Service Fabric cluster endpoints & Azure load balancer

, 6 minutes to read

Reach­ing ex­ter­nal re­sources from a Ser­vice Fab­ric clus­ter is triv­ial whereas reach­ing the clus­ter from the in­ter­net re­quires some con­fig­u­ra­tion. The vir­tual ma­chine scale set, ser­vice end­point and load bal­ancer comes into play. On the first sight, it could be seen as a com­pli­cated as do­ing a puz­zle, but un­der­s­tand­ing of mech­a­nisms un­der the hood helps to re­al­ize that whole pro­cesses is easy.

Cluster setup

Let’s make a sim­ple Ser­vice Fab­ric ser­vice which is reach­able from a web browser and re­ports some in­for­ma­tion about state of its com­pu­ta­tion. To do this it’s nec­es­sary to fill in the port num­ber 80 (which is the port of the HTTP pro­to­col) to cus­tom end­points in the node type con­fig­u­ra­tion of the Ser­vice Fab­ric clus­ter.

At this time, we will choose State­less Web API. (This may not be the right choose for a com­pu­ta­tion ser­vice, but the fo­cus of this ex­am­ple is on net­work­ing.) There are many con­fig­u­ra­tion XML files in the so­lu­tion. The most im­por­tant of them (at this time) is Ser­vice­Man­i­fest.xml.

Don’t make any changes, de­bug the ap­pli­ca­tion first and load the ad­dress http://lo­cal­host:19080/. You will see a Ser­vice Fab­ric Ex­plorer. Then pub­lish your app to the clus­ter and open the ad­dress http://<name>.<re­gion>.clou­dapp.azure.com:19080. You will see a Ser­vice Fab­ric Ex­plorer. How to deny an ac­cess to this ad­min­is­tra­tion in­ter­face to ev­ery­one?

Service Fabric Explorer visibility

The Load bal­ancer has a set­t­ings called Load bal­anc­ing rules.

There are two rules that for­wards TCP ports 19000 and 19080 to all nodes of the Test node type. If you delete those rules, the Ser­vice Fab­ric Ex­plorer will not be ac­ces­si­ble from the in­ter­net. But it also causes that the Azure Por­tal will not be able to show clus­ter state.

This means that if you wish to have vis­i­bil­ity of your clus­ter via the Azure Por­tal then your load bal­ancer must ex­pose a public IP ad­dress and your Net­work Se­cu­rity Group must al­low in­com­ing traf­fic on port 19080. This is tem­po­rary lim­i­ta­tion. Con­figuration of the publicly inac­ces­si­ble clus­ter without any loss of man­age­ment por­tal func­tion­al­ity will be pos­si­ble in the up­com­ing months.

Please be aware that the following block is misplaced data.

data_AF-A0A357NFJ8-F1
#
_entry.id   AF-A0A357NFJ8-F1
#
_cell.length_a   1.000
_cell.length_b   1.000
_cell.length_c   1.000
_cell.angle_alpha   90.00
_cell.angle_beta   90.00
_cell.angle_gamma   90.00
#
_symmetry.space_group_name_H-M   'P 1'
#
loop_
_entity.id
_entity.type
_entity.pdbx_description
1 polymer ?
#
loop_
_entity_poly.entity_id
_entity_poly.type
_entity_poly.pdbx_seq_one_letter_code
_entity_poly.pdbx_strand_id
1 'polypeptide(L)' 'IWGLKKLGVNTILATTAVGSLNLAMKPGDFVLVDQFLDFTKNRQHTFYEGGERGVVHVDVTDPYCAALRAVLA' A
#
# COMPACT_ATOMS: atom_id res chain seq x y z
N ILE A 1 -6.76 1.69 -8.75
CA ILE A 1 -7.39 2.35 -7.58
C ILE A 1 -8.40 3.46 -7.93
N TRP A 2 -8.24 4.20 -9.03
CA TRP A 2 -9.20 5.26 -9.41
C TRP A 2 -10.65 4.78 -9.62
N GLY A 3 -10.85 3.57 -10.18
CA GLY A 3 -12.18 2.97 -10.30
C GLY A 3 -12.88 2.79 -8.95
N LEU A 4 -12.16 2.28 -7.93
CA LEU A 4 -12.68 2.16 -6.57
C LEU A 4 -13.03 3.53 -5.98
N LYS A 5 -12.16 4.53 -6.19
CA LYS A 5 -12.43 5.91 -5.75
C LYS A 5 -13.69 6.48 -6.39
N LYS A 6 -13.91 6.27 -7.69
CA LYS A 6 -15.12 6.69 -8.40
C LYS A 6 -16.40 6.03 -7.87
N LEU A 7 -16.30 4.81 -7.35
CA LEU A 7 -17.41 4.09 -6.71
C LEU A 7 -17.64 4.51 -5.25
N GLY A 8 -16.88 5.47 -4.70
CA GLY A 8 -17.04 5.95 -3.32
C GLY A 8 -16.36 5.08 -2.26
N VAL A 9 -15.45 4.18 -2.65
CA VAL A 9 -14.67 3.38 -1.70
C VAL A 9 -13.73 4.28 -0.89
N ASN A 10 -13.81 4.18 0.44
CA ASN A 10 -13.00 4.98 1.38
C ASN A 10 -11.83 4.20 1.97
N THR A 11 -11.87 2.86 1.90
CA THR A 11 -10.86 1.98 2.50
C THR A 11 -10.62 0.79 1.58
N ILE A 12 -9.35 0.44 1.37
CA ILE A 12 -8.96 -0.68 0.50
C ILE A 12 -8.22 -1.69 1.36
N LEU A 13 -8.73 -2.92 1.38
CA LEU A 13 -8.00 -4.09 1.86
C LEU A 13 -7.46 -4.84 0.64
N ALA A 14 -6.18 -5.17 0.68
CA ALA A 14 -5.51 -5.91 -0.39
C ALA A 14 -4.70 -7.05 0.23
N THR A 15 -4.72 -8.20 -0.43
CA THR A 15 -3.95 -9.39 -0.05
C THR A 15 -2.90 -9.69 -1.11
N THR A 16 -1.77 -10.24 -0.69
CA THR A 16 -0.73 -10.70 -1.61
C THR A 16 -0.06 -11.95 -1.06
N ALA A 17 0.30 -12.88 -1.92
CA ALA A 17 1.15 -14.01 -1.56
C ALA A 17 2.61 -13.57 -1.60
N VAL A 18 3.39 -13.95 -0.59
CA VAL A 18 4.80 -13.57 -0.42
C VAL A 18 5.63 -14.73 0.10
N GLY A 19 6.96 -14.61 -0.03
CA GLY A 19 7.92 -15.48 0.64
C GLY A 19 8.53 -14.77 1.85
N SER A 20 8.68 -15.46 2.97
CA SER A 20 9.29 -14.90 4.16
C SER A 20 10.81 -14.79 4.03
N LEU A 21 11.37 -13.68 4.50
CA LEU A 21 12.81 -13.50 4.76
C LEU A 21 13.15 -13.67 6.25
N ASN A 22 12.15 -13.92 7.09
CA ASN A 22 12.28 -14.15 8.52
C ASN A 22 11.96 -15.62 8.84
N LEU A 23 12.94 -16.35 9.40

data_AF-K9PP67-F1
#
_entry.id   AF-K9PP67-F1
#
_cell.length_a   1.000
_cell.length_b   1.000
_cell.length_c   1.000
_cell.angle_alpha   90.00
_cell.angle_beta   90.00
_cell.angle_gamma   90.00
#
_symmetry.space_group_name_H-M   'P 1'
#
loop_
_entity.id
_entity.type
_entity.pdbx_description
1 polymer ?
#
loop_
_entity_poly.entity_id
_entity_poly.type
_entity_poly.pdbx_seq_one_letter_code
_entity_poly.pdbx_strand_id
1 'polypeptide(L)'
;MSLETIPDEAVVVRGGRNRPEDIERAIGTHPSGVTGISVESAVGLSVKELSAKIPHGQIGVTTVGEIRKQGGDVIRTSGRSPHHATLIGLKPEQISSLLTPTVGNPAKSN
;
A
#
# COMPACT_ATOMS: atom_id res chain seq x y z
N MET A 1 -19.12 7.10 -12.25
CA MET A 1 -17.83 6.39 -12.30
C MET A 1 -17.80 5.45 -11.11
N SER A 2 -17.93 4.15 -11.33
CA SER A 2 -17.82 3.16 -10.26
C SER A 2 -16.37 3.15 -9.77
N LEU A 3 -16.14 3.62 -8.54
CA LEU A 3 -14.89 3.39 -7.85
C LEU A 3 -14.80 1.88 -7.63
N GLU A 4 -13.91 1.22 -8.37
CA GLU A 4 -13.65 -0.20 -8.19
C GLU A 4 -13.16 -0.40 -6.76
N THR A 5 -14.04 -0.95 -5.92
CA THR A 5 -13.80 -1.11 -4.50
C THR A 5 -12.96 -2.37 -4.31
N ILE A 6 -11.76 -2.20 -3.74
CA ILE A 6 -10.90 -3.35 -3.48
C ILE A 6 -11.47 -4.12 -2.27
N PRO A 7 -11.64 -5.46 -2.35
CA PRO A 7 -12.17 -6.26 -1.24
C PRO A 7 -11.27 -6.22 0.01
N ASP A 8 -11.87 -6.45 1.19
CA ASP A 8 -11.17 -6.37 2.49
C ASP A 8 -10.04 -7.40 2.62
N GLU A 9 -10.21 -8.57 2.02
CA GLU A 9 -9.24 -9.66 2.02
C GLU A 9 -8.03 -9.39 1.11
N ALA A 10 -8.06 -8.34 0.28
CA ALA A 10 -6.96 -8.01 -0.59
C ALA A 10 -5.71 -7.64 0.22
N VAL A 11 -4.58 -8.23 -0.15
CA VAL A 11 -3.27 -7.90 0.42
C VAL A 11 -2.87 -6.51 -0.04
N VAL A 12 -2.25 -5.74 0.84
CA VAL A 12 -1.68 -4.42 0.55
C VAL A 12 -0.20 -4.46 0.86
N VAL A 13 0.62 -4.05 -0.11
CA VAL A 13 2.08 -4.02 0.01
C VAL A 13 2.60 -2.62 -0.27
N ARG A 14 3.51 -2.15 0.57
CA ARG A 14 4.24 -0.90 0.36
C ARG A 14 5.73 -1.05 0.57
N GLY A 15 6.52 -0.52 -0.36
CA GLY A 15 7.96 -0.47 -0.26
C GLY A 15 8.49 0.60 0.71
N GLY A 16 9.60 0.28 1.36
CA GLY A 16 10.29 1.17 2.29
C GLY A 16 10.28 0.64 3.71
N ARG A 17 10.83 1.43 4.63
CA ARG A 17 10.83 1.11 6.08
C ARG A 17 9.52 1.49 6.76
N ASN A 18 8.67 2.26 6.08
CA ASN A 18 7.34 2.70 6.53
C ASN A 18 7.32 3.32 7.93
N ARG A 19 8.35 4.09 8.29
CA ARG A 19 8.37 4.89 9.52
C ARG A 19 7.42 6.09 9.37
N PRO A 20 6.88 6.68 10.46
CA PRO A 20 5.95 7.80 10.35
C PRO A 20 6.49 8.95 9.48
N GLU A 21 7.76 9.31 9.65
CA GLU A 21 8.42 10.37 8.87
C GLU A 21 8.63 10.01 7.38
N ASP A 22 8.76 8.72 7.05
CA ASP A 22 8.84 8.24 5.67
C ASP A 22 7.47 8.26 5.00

Health probes & Load balancing rules

The fol­low­ing im­age de­scribes net­work scheme of the clus­ter.

The clus­ter con­tains only one node type (called Test). Ev­ery node type is de facto a sep­arate vir­tual ma­chine scale set. Load bal­ancer dis­tributes the traf­fic to par­tic­u­lar node in­s­tances in ac­cor­dance with Round-robin al­gorithm. When some node or ap­pli­ca­tion turns into un­healthy state, the load bal­ancer stops send traf­fic there. The load bal­ancer is tak­ing ad­van­tage of health probes. Health probes ac­tively checks in­di­vid­ual end­points and in­forms the load bal­ancer about avai­l­able health end­points. When all in­s­tances are un­healthy the con­nec­tion is timed out. This is why set­t­ing up all end­points cor­rectly is just not enough. All probes must be set up and run­n­ing as well.

First, look up the Ser­vice­Man­i­fest.xml file in the Pack­age­Root folder in the We­bApi1 project and find the ser­vice end­point (Ser­vice­Man­i­fest / Re­sources / End­points). There is the port num­ber of the HTTP pro­to­col, which is in this case 8210.

Sec­ond, con­fig­ure the load bal­ancer in your Ser­vice Fab­ric clus­ter. It is un­reach­able from the clus­ter panel. You must list all re­sources in the re­source group and find load bal­ancer there. In the load bal­ancer panel, se­lect Health probes and con­fig­ure the App­Port­Probe1 probe. Set pro­to­col to HTTP, change port to the num­ber found in the Ser­vice­Man­i­fest.xml file and set up cor­rect path. The path is an URL which is called by the probe. If your ap­pli­ca­tion re­sponses by HTTP 404 sta­tus code to the probe’s re­quest, the ap­pli­ca­tion will be con­sidered as un­healthy re­gard­less its ac­tual state. Lastly, click Save.

Third, se­lect Load bal­ancer rules on the load bal­ancer panel and con­fig­ure the App­PortL­BRule1 rule. Change the back­end port to the num­ber found in the Ser­vice­Man­i­fest.xml file and click Save.

Fi­nally, open the URL of your Ser­vice Fab­ric clus­ter (http://<name>.<re­gion>.clou­dapp.azure.com/api/val­ues) in the browser. You will be con­nected via load bal­ancer to one of 3 in­s­tances of your We­bAPI1 ser­vice. The ser­vice re­sponds ac­cord­ing to logic coded in the Val­uesCon­troller class.

The path called by load bal­ancer’s probe should not re­spond any data, but re­turn a suc­cess or er­ror sta­tus code only. Probe’s in­ter­val must be short in or­der to let re­act load bal­ancer on ap­pli­ca­tion fail­ure quickly. The ap­pli­ca­tion can­not be stressed just by probe calls.

This ar­ti­cle has covered load bal­ancer set­t­ings for state­less re­li­able ser­vice par­ti­tioned as a sin­gle­ton (one pri­mary replica). Par­ti­tioned or repli­cated ser­vices re­lies on Ser­vice Fab­ric Nam­ing Ser­vice. This topic will be covered by an­other ar­ti­cle.